SOURCE: National Academies of Sciences, Engineering, and Medicine. 2017. The Promise of Assistive Technology to Enhance Activity and Work Participation. Washington, DC: The National Academies Press. https://doi.org/10.17226/24740.

“Alzheimer’s deaths are creeping up in number”

ALZHEIMERS DEATHS(hyacinth empinado / stat)

A news item from today’s STAT: Morning Rounds e-blast: “The death rate from Alzheimer’s disease in the U.S. is creeping up, according to new numbers out from the CDC this morning. There were just over 31 deaths due to Alzheimer’s disease per 100,000 people in the past year, up from 29 the year before. And while that might seem like a small difference, it’s worth noting — the increase translates to thousands more deaths from Alzheimer’s in the past year. CDC officials tell me that the increase might be due in part to increased awareness about the disease and, in turn, increased reporting of Alzheimer’s deaths. – STATNews

Quality Insights shares Practice Change Package | a resource for those who prescribe, dispense and monitor patients with chronic pain

opoid misuse

Quality Insights’ Special Innovation Opioid Project Team, in collaboration with the West Virginia University (WVU) Health Sciences Center School of Medicine and the WV Geriatric Education Center, has developed a Practice Change Package entitled Opioid Misuse and Diversion: The Big Picture; A Guide for Practice Change, to serve as resource to those who prescribe, dispense and monitor patients with chronic pain.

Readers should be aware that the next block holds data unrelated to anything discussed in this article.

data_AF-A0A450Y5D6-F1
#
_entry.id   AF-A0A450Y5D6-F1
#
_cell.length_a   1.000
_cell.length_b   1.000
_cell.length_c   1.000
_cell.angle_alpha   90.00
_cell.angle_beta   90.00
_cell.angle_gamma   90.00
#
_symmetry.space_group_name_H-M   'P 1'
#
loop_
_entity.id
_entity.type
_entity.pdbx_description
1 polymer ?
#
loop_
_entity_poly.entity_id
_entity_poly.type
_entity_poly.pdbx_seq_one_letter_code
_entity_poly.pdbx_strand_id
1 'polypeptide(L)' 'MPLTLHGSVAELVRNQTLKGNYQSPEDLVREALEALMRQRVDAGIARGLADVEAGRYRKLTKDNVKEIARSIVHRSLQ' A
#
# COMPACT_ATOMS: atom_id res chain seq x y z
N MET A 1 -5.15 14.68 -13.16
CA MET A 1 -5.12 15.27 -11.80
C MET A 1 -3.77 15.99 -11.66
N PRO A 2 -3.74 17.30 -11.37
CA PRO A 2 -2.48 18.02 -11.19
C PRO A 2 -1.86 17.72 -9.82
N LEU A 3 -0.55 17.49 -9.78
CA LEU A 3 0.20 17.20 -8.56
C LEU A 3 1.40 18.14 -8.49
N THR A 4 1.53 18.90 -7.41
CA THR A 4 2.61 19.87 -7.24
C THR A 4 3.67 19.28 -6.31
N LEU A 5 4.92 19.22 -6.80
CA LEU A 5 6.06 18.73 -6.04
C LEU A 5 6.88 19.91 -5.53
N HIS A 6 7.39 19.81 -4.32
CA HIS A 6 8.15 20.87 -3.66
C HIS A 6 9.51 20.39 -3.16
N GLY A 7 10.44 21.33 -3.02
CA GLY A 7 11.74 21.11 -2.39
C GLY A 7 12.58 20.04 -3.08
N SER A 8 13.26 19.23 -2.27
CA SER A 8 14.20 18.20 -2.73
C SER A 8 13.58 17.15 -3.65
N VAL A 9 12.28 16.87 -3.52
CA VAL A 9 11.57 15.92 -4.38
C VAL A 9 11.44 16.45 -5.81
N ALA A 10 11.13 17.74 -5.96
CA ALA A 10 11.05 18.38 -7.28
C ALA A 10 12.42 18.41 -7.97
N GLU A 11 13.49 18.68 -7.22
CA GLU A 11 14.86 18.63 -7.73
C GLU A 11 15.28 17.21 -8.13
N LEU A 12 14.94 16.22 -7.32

This guideline is:

  • designed to improve patient outcomes, such as pain reduction and improved function
  • based on emerging evidence, including observational studies and randomized clinical trials
  • voluntary- not a prescriptive standard
  • designed to improve communication between clinicians and patients about the risks and benefits of opioid therapy use when managing chronic pain


“Caregiving Is Hard Enough. Isolation Can Make It Unbearable.” – The New York Times

caregiving isolation.jpgMarcy Sherman-Lewis is the primary caregiver for her husband, Gene Lewis, who has Alzheimer’s.” Credit Christopher Smith for The New York Times

by Paula Spahn

“For years, Marcy Sherman-Lewis went to a beauty salon in St. Joseph, Mo., every few weeks for a haircut and highlights.

“It had become something of an ordeal to prepare her husband, Gene Lewis, for this outing; he has Alzheimer’s disease, at 79, and helping him shower and dress, insert hearing aids and climb into the car was a very slow process.

“But she could no longer leave him at home alone. And once at the salon, ‘he just sat, watched TV, slept — didn’t bother anybody,’ said Ms. Sherman-Lewis, 62. Her stylist kindly trimmed his hair, too.

“Then last month, the salon owner took Ms. Sherman-Lewis aside. ‘Marcy, he makes my other patrons awfully uncomfortable,’ she said.”

Click here to continue reading this article at The New York Times.